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Tristate Area Considers Quarantine For Visitors From States With High Rates Of Coronavirus

John Raoux
A TSA worker, right, checks a passenger before entering a security screening at Orlando International Airport in Orlando, Fla., last week.

Connecticut, New York and New Jersey are considering a 14-day quarantine for travelers coming from states like Florida, Arizona and Texas. Those states have seen an increase in coronavirus cases.

New York Governor Andrew Cuomo, in several cable news interviews over the past couple of days, has talked about the possibility of imposing a 14-day quarantine for those who travel from the 20 plus other states where the rate of the virus is on the increase. He spoke about it Tuesday morning on MSNBC’s Morning Joe.

“We are seriously looking at that,” Cuomo said.

Cuomo says he’s talking with the governors of New Jersey and Connecticut about possibly imposing a quarantine soon.

New York, once the nation’s epicenter of the disease, now has some of the lowest rates of infection and transmission of all of the states. Over 48,000 people were tested for coronavirus on Monday, and 1.2% tested positive. Twenty-seven New Yorkers died of the disease on June 22.

But the governor says without a cohesive federal policy for all of the states, he can’t stop the virus from crossing the state’s borders. And he criticized President Donald Trump and his administration for not advocating for greater precautions. He says states that have reopened with few restraints are seeing a “boomerang” effect, with virus rates spiking.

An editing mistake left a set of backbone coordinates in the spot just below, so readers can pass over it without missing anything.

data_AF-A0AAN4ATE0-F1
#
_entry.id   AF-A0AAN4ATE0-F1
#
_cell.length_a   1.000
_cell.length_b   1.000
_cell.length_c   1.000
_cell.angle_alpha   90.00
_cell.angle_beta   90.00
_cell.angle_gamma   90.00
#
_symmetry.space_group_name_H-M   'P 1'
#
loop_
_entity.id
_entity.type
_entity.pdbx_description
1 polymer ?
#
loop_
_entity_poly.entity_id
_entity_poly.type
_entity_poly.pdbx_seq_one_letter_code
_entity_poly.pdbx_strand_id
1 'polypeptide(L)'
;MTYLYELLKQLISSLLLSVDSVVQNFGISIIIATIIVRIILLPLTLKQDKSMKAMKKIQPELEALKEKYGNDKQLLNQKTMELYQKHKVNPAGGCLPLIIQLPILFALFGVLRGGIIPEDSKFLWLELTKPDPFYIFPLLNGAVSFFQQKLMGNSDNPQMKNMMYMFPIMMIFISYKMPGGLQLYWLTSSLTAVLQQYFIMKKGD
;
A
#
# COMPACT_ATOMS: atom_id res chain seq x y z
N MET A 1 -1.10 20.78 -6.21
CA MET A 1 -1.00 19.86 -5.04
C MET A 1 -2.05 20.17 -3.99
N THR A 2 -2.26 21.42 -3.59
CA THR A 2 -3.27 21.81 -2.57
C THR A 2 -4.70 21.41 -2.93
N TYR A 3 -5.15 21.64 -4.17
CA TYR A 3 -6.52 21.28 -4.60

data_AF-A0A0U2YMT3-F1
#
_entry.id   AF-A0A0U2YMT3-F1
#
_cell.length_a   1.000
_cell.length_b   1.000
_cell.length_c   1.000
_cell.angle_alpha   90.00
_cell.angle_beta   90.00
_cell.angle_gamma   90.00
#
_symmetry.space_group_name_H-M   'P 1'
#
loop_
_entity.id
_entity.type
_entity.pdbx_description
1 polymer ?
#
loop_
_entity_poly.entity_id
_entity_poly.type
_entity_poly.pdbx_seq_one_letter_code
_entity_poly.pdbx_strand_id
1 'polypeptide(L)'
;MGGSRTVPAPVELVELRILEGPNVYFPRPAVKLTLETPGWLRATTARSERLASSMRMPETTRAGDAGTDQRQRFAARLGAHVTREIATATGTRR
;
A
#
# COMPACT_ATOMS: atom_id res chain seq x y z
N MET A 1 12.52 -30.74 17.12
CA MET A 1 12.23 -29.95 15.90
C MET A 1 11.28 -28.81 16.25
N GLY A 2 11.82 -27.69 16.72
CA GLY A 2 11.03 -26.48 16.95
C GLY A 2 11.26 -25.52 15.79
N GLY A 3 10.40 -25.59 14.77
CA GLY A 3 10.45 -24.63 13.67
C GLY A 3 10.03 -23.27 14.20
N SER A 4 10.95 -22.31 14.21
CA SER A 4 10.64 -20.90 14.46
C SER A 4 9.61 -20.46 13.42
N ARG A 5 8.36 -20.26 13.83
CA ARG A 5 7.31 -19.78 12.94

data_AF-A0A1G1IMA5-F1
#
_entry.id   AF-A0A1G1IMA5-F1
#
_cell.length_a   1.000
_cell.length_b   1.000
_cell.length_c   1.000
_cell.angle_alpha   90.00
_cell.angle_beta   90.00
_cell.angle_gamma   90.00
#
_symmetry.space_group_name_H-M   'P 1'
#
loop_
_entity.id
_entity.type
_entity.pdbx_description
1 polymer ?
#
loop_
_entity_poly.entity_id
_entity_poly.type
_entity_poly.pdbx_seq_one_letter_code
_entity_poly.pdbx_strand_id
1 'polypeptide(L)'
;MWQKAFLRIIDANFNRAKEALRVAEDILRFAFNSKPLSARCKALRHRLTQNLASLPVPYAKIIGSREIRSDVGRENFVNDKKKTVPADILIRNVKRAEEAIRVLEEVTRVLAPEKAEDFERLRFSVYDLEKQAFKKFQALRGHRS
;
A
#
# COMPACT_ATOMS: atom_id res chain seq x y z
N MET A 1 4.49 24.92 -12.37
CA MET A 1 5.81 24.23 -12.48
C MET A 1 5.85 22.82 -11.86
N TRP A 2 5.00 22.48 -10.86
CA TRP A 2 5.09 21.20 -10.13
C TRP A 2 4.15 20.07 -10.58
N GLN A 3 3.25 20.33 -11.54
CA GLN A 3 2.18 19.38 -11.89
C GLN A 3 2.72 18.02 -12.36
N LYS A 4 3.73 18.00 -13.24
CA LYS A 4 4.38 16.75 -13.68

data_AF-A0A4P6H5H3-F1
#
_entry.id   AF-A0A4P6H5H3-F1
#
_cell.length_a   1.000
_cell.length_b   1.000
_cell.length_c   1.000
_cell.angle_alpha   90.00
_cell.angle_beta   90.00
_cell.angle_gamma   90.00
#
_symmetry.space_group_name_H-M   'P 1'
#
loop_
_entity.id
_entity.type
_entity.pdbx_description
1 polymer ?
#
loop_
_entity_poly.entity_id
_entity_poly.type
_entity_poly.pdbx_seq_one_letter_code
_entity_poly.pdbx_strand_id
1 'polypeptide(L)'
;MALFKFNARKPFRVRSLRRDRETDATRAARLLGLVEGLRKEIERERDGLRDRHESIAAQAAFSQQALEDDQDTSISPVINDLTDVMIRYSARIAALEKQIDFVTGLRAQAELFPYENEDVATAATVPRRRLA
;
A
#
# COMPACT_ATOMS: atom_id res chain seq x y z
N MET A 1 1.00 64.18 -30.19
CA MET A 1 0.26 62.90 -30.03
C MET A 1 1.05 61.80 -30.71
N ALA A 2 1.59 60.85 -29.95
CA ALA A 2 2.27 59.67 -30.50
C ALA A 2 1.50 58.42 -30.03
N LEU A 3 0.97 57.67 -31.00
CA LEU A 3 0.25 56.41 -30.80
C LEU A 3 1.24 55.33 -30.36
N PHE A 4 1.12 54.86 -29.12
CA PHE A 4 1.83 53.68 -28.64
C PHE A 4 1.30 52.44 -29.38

“We tested the president’s theory, a political reopening. COVID was a political issue. It wasn’t. It was a virus. You had to be smart. You had to use science,” Cuomo said. “And those states that used science are doing much better than those states that made this a political issue. That’s a fact.”

Connecticut Governor Ned Lamont says he’s particularly concerned because of the number of passenger flights from Florida that land at Connecticut’s Bradley Airport every day.

“Florida has an infection rate right now, a positivity rate that’s about 10 times what we have here in Connecticut. And that’s true of other states like Texas and Arizona as well.”

He says Connecticut might solicit hotels to help enforce the quarantine.

“Maybe some people don’t want to quarantine. They’d be more likely to get the test before coming, say 72 hours before you come to Connecticut. That’s the way Maine and some other places are doing now. So you show that certificate at the hotel when you get there. It says okay, you can come and stay here and you don't have to quarantine.”

Lamont says he’s working out the details with neighboring states and the hotel industry.


As WSHU Public Radio’s award-winning senior political reporter, Ebong Udoma draws on his extensive tenure to delve deep into state politics during a major election year.
Karen has covered state government and politics for New York State Public Radio, a network of 10 New York and Connecticut stations, since 1990. She is also a regular contributor to the statewide public television program about New York State government, New York Now. She appears on the reporter’s roundtable segment, and interviews newsmakers.
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